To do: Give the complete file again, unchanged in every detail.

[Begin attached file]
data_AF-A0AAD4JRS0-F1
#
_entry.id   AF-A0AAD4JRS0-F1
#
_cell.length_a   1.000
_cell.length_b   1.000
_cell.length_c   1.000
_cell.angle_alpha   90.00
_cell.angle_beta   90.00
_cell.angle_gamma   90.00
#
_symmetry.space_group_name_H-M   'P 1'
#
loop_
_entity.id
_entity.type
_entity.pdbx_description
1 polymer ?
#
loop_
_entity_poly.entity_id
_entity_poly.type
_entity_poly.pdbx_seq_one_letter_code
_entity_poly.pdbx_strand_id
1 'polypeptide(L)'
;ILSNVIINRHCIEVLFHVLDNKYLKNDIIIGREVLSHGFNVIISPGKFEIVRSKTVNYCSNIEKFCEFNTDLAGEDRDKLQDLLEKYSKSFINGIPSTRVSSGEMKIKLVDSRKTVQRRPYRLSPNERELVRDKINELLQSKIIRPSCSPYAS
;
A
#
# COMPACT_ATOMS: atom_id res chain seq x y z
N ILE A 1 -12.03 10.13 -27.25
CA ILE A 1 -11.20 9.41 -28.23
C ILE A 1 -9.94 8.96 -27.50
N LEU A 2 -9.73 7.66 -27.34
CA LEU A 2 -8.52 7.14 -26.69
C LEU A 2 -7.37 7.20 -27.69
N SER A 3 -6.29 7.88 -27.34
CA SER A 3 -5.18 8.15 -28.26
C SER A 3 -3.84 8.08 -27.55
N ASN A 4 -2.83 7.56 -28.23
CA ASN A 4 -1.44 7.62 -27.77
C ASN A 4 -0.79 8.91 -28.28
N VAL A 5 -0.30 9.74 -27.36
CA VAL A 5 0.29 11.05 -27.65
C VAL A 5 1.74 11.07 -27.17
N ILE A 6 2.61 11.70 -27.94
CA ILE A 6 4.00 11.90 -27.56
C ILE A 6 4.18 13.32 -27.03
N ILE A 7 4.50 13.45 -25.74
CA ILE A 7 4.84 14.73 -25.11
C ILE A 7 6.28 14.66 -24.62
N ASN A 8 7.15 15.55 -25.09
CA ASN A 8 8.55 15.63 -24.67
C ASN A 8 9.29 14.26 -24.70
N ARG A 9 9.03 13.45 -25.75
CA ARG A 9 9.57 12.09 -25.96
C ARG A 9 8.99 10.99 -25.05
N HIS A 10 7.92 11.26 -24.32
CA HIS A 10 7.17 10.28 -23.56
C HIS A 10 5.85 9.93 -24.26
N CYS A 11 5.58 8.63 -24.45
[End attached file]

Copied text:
data_AF-A0AAD4JRS0-F1
#
_entry.id   AF-A0AAD4JRS0-F1
#
_cell.length_a   1.000
_cell.length_b   1.000
_cell.length_c   1.000
_cell.angle_alpha   90.00
_cell.angle_beta   90.00
_cell.angle_gamma   90.00
#
_symmetry.space_group_name_H-M   'P 1'
#
loop_
_entity.id
_entity.type
_entity.pdbx_description
1 polymer ?
#
loop_
_entity_poly.entity_id
_entity_poly.type
_entity_poly.pdbx_seq_one_letter_code
_entity_poly.pdbx_strand_id
1 'polypeptide(L)'
;ILSNVIINRHCIEVLFHVLDNKYLKNDIIIGREVLSHGFNVIISPGKFEIVRSKTVNYCSNIEKFCEFNTDLAGEDRDKLQDLLEKYSKSFINGIPSTRVSSGEMKIKLVDSRKTVQRRPYRLSPNERELVRDKINELLQSKIIRPSCSPYAS
;
A
#
# COMPACT_ATOMS: atom_id res chain seq x y z
N ILE A 1 -12.03 10.13 -27.25
CA ILE A 1 -11.20 9.41 -28.23
C ILE A 1 -9.94 8.96 -27.50
N LEU A 2 -9.73 7.66 -27.34
CA LEU A 2 -8.52 7.14 -26.69
C LEU A 2 -7.37 7.20 -27.69
N SER A 3 -6.29 7.88 -27.34
CA SER A 3 -5.18 8.15 -28.26
C SER A 3 -3.84 8.08 -27.55
N ASN A 4 -2.83 7.56 -28.23
CA ASN A 4 -1.44 7.62 -27.77
C ASN A 4 -0.79 8.91 -28.28
N VAL A 5 -0.30 9.74 -27.36
CA VAL A 5 0.29 11.05 -27.65
C VAL A 5 1.74 11.07 -27.17
N ILE A 6 2.61 11.70 -27.94
CA ILE A 6 4.00 11.90 -27.56
C ILE A 6 4.18 13.32 -27.03
N ILE A 7 4.50 13.45 -25.74
CA ILE A 7 4.84 14.73 -25.11
C ILE A 7 6.28 14.66 -24.62
N ASN A 8 7.15 15.55 -25.09
CA ASN A 8 8.55 15.63 -24.67
C ASN A 8 9.29 14.26 -24.70
N ARG A 9 9.03 13.45 -25.75
CA ARG A 9 9.57 12.09 -25.96
C ARG A 9 8.99 10.99 -25.05
N HIS A 10 7.92 11.26 -24.32
CA HIS A 10 7.17 10.28 -23.56
C HIS A 10 5.85 9.93 -24.26
N CYS A 11 5.58 8.63 -24.45